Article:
Counseling and PSAPs

cochlear implant single sided deafness med-el
Mike Metz
July 17, 2018

by Mike Metz

Mike Metz, Hearing ViewsAs PSAPs come into the marketplace, and as clinicians decide how to deal with them, there arises an issue of the need to addressing patient counselling.  Most hearing aid fittings come with recommendations for follow-up.  Most new cars sales also come with recommendations for follow-up.  What do PSAPs come with?

Automobile sales typically consist of following up with a phone call to the buyer, an invitation to visit the sales office for clarification of the vehicle’s operations, or to get the car washed or serviced.  Many hearing aid sales provide similar follow-up.  If the operation of the hearing device is the main reason for following up, there is little reason to call these office visits anything other than a sales follow-up.  To call such visits “therapy” is not only misleading, it also lessens the impact of “real” therapy, not only in the eyes of a patient, but also in the reimbursement columns of third party payers.

Recently, in trade publications as well as professional journals, there have been a number of articles regarding “follow-up counseling and/or follow-up therapy”.  It would seem that many of the return visits to the office that fit the hearing aid(s) involve teaching the patient to use the devices.  Conceding the necessity for such training, do those visits constitute therapy or are they just plain “fitting follow-up”?

I bet that most audiologists do not provide “therapy” following a hearing aid fitting.  They confuse and mis-label the concepts of “sales follow-through” and “therapeutic follow-up”.  This is partially a remnant of audiology’s adoption of the retailer’s business model back in the 1970s.  If there is doubt that this is the case, consider what non-clinical hearing device dispensers do.  Are their “orientation” tasks similar to the tasks performed by an audiologist?  Does this similarity transform the salesperson’s tasks into therapy?  Do the same sales tasks constitute therapy when performed by a clinician? What about an “audiologist aide”?  If an “aide” can provide therapy, can a non-audiologist dispenser?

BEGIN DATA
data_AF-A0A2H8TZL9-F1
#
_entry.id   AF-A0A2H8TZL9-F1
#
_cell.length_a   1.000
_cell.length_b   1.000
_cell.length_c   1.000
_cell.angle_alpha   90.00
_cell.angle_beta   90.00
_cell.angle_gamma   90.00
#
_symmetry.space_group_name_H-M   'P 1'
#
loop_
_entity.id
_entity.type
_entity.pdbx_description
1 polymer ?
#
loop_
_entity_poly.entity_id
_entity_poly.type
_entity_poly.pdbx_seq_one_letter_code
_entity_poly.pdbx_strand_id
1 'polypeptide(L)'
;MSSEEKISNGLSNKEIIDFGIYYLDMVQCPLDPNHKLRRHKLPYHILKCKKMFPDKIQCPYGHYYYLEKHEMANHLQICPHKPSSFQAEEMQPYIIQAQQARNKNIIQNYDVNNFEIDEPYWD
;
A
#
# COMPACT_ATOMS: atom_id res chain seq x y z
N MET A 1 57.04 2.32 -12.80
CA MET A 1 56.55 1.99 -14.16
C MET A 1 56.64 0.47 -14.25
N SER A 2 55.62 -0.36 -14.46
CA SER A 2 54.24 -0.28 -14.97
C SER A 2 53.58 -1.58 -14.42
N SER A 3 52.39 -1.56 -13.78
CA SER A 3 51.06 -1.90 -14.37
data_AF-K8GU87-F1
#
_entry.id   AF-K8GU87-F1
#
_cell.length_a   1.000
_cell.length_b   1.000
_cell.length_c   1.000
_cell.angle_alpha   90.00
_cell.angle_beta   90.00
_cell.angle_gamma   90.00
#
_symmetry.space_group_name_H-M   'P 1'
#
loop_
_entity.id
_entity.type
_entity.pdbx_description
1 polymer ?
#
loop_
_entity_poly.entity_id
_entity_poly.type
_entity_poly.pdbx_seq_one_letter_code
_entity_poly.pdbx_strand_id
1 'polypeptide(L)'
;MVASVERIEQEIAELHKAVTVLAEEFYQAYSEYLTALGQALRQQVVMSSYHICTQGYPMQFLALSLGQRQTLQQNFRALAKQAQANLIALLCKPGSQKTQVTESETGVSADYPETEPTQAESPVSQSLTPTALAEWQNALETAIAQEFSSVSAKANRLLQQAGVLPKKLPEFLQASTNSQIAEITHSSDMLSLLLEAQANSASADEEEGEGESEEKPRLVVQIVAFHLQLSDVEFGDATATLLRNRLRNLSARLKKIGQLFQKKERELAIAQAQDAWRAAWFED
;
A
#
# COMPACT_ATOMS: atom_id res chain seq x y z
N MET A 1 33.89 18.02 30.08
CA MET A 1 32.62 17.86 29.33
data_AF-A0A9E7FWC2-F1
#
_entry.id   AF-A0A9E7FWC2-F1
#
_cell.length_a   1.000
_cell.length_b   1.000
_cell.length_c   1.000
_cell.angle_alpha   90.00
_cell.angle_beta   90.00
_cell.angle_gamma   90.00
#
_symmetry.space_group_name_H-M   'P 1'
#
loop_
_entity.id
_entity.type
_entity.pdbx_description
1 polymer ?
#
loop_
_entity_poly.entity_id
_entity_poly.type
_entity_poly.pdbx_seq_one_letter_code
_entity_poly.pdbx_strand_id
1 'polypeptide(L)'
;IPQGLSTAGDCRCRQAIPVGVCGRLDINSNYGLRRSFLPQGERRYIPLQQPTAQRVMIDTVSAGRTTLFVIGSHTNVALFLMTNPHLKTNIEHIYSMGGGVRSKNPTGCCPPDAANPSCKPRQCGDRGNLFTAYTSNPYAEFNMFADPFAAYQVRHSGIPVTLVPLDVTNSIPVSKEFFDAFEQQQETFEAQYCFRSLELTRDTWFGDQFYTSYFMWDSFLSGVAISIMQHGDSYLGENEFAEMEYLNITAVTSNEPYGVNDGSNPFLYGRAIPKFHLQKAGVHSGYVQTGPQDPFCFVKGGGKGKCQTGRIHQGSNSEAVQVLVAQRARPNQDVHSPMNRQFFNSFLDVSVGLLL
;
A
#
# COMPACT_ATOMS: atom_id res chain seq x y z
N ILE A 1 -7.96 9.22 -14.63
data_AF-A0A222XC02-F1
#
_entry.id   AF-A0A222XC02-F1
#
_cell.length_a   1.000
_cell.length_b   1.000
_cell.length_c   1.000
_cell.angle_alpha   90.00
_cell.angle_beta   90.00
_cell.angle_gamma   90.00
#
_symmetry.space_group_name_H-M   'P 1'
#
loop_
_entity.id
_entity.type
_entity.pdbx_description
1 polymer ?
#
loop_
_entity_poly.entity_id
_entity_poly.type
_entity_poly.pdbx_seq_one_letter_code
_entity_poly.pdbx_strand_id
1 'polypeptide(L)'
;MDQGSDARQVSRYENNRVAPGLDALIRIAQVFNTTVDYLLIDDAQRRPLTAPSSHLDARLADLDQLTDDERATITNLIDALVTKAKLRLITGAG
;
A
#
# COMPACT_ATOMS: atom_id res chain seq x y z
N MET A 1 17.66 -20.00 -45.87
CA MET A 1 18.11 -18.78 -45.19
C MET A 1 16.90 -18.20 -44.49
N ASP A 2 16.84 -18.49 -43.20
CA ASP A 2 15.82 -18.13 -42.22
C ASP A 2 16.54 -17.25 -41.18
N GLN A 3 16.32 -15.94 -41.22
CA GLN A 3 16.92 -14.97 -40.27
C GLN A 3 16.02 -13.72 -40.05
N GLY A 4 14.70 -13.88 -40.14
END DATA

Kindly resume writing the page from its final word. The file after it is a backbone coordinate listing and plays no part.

Professional therapy involves at least a couple of aspects:

  1. Diagnostic information outlining the problem
    1. An appropriate history
    2. An audiogram
    3. A conclusion
  2. Discussion with the patient about the DATA and offering an outline of the therapeutic goals and tasks
  3. Fitting the devices and documentation of benefits
  4. A therapeutic plan for recommended treatment beyond the device fitting
  5. Notes in the patient’s file about progress: goals, methods, milestones, problems, etc.
  6. Time spent, and money paid/collected—invoices, accessories, insurance information and payments, etc.
  7. Most importantly, a licensed and knowledgeable therapist!

But, most clinicians already know the elements of therapy, right?  Are some clinicians trying to make follow-up sales tasks into “therapy sessions”?  Are they billing third party payers for such sessions?  Could such billings be in violation of laws or ethical standards?

Stating this in a more simplistic manner, if your billing methods were audited, would your clinical tasks and notes support a definition of therapy in the minds of the auditors?  This, of course is an essential element of “unbundling”.  But, just because services are “bundled” into the sale of the device doesn’t excuse the clinician from providing what is being called “follow-up clinical services” and documenting visits in a true “clinical” manner.

As a patient, I have been served by some good clinicians.  As a consumer, I have had “follow-up” in several sales offices.  As a clinician, I can make some sort of judgement about the value of these office visits.  One can wonder at how other patients, third party payers, government agencies and others place value in some “follow-up” offers. 

When it comes to PSAPs, the skills of a good clinician will many times make a huge difference in the ability of these devices to provide benefit to the hearing impaired.  Goals, established in large part by the accumulation of clinical hearing data, can be set in a realistic manner.  Progress towards goals can be demonstrated with data.  Impossible situational solutions can be explained.  Technology applications or algorithms can be justified.  Data replaces a “sales pitch”.  Data replaces “follow-up.”

Patients and third parties can understand these logical and data-driven methods.


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